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Ancient Sycamore tree at Rancho San Ysidro.

GUSD sells San Ysidro High for $400,000

By Lori Stuenkel

Gilroy Dispatch

Tuesday, August 24, 2004

Gilroy - The state’s longest continually running school, located in Gilroy’s birthplace on Pacheco Pass Highway, is starting a new chapter in its 150-year history. Anchorpoint Christian High School purchased the 8.3-acre former San Ysidro school campus from the Gilroy Unified School District earlier this month for $400,000.

The school, empty since 2002, is now being prepped for Anchorpoint’s several dozen students to start classes Sept. 7.

"We’ve really done quite a substantial face-lift," said Steve White, one of the school’s five board members. "We painted the buildings, inside and out, we’re putting in new carpeting, and the fairly substantial area of asphalt is also being resurfaced."

San Ysidro opened as a school in 1859 and operated in the same location until 2002.

During its first year of operation last year, Anchorpoint held classes in South Valley Community Church’s fellowship hall, with several hundred feet of space.

"It’s really just a tremendous change for us," White said.

He expects the school will be ready to start its second year with its own campus.

"It’s looking really remarkably different, we’ve had people stopping by on almost a daily basis, saying they graduated from here or their kids did," White said. "The school district did a very good job of keeping it in fairly good shape, despite the fact that it’s not been used in three years."

School board trustees approved the sale of the 2220 Pacheco Pass Hwy. campus, closed over growing traffic safety concerns.

"An offer of $400,000 for the property ’as is’ will save an eventual demolition of buildings, as well as annual upkeep, and the liability implicit in retaining a property which is not in use," said Steve Brinkman, GUSD’s assistant superintendent of administrative services. The money from the sale can only be used by Gilroy Unified for facilities expenditures and hasn’t been earmarked for any specific project yet, but will likely be used for growth projects, Brinkman said.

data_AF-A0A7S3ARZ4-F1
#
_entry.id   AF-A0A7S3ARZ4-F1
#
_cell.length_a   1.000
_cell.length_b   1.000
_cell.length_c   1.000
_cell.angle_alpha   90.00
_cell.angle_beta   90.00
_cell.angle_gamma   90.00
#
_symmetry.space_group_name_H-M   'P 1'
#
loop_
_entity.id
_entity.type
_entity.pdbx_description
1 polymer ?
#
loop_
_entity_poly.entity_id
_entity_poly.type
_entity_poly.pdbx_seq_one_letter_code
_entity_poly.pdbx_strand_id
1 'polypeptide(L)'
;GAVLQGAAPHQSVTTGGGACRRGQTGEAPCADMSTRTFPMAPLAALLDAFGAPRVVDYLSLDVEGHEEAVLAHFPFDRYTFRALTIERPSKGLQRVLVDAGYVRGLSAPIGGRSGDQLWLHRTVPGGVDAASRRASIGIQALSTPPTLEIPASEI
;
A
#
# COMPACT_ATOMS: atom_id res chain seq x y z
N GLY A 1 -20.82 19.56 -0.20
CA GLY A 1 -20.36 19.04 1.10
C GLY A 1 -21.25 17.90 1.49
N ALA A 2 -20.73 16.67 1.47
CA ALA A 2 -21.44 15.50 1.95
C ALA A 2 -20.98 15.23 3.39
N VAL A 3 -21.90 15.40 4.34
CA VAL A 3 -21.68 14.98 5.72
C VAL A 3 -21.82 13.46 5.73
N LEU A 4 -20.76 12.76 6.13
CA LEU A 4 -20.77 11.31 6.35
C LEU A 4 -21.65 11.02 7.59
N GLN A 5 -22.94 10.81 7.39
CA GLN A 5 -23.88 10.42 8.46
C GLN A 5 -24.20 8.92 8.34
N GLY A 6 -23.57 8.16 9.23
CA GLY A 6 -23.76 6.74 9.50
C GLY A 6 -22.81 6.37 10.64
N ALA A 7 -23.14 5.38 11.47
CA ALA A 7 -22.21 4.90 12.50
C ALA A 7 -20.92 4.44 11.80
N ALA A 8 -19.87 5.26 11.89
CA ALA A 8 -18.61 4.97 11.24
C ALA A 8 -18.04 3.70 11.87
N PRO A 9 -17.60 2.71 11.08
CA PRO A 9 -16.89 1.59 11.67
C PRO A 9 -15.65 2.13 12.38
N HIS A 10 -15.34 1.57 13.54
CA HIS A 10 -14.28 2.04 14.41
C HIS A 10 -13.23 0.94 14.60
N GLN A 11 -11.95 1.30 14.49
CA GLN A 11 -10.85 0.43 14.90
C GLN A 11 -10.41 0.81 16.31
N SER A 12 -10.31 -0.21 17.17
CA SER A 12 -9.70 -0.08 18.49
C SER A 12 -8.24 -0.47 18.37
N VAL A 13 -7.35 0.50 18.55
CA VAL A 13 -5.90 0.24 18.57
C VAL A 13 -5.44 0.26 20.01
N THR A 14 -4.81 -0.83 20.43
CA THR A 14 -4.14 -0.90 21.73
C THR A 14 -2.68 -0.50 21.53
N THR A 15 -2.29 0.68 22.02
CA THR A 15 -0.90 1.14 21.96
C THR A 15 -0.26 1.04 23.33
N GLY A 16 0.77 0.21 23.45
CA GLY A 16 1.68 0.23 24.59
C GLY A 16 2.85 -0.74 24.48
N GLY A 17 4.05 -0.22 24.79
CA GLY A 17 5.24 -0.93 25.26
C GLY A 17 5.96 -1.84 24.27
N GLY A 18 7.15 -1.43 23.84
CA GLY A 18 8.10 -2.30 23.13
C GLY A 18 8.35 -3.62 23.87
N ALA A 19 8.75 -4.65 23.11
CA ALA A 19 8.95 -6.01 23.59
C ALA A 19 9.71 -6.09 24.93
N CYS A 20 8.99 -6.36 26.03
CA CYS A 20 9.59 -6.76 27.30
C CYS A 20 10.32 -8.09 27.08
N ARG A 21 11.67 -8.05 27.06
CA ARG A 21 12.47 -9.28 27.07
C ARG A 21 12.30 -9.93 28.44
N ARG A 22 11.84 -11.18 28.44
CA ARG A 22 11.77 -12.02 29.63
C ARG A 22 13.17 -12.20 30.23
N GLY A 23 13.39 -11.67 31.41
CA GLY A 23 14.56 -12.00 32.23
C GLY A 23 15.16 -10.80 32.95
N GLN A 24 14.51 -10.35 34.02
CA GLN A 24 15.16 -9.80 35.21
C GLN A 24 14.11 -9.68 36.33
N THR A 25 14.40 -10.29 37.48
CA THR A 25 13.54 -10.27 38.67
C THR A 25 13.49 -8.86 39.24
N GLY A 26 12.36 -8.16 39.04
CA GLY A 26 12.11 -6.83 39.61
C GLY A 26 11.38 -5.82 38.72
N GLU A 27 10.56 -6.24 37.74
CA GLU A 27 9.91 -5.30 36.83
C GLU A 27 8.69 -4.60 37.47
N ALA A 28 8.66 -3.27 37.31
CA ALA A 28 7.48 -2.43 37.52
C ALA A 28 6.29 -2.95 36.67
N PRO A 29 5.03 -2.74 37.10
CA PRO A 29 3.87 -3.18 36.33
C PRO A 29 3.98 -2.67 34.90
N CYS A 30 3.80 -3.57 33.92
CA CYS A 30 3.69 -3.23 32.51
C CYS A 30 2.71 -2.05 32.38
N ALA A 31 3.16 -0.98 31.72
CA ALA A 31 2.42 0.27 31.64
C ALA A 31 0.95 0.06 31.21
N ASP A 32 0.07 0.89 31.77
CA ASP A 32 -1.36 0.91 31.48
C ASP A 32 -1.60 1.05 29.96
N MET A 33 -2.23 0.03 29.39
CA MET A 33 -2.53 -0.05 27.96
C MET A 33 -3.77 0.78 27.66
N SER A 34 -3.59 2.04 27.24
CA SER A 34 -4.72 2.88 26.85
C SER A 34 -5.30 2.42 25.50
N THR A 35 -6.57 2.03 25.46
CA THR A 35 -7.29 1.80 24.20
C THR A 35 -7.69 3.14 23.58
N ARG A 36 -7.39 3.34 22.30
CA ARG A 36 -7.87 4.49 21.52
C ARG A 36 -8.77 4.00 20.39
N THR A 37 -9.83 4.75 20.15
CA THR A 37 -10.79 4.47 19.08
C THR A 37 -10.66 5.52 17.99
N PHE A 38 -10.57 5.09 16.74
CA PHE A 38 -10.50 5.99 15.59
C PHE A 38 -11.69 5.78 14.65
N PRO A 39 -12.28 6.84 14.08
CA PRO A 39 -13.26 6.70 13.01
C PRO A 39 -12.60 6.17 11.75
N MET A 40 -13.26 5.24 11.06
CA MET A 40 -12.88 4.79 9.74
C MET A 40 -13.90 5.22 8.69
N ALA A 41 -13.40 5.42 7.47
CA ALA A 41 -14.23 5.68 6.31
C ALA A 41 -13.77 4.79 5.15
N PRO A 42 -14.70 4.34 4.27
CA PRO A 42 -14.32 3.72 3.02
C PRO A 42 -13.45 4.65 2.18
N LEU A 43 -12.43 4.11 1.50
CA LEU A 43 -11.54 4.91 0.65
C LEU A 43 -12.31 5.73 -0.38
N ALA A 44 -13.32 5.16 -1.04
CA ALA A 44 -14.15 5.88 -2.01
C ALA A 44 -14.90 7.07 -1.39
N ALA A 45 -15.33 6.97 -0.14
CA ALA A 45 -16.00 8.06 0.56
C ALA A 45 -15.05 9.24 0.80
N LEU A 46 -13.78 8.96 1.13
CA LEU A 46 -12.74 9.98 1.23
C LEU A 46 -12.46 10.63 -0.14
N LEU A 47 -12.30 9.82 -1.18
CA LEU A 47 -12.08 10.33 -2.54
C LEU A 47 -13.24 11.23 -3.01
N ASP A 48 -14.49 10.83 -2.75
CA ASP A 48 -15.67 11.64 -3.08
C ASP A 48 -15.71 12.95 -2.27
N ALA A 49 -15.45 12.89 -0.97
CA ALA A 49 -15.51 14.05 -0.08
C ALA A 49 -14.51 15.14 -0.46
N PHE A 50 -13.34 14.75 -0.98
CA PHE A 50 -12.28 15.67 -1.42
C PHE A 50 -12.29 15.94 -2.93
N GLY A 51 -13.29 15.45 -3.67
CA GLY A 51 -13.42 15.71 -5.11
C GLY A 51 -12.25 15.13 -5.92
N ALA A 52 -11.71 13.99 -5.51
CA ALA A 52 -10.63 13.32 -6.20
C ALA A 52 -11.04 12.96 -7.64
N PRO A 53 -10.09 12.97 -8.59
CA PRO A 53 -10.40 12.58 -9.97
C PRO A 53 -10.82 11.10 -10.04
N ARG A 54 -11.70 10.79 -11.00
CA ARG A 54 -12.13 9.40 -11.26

Only one other offer for the property was made to the district, Brinkman said, although that one was "fairly significantly less" than Anchorpoint’s.

"We do have our concerns about the safety of students, and so do they, and they are going about with some plans to maybe modify with one direction in and one direction out...," Trustee Jim Rogers said.

The school will have a right-turn-in, right-turn-out policy so parents and students will not cross oncoming traffic on Pacheco Pass.

"We’ve actually changed the entry and the departing area further to the east, making it so we’re farther away from the large curve (at Frazier Lake Road), which is to the west," White said.

Anchorpoint and GUSD’s sale agreement includes a provision protecting an immense sycamore tree, estimated to be more than 139 years old. Anchorpoint will have an arborist maintain the tree and will only destroy it if an arborist deems it a danger to people.

Trustee Rogers said the sale is a "win-win" because historical site will remain a school and Anchorpoint wants to honor San Ysidro’s past.

The school is working with Gilroy Historical Society and the Mountain Charlie Chapter of the male historical society E Clampus Vitus to install a plaque documenting the site’s history.

"For a couple years, we’ve been wanting to place a marker near where John Gilroy and his father-in-law Ignacio Ortega had their adobe houses, which is sort of next door to the school site, on the corner of Frazier Lake and Pacheco Pass," said Connie Rogers, Gilroy Historical Society president.

Ortega was granted the land from the Mexican government in 1809. Gilroy, a soap-maker, married Ortega’s daughter in 1821.

"He’s probably the first English-speaking, permanent resident of Northern California," she said. "In those days, people who were traveling would stop at the homes and ranches of people along the way and I guess they liked the hospitality of John Gilroy and the Ortegas and eventually, a little settlement grew up there."

The San Ysidro-area community eventually included the school, which opened in 1859, post office and blacksmith shop. With the completion of the railroad in 1869, the focus of the population moved west to present-day Gilroy and incorporated under that name.

"He actually lived under three flags: The Spanish, the Mexican and the United States, and he was a highly respected leader of his community at the time," Rogers said.

San Ysidro was its own school district until joining other Gilroy schools to form Gilroy Unified in 1966.

"That was kind of disappointing to the people who had their kids in San Ysidro, but they took it in stride," she said.

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Lori Stuenkel covers education for The Dispatch.
You can reach her at
[ Lori Stuenkel. ]


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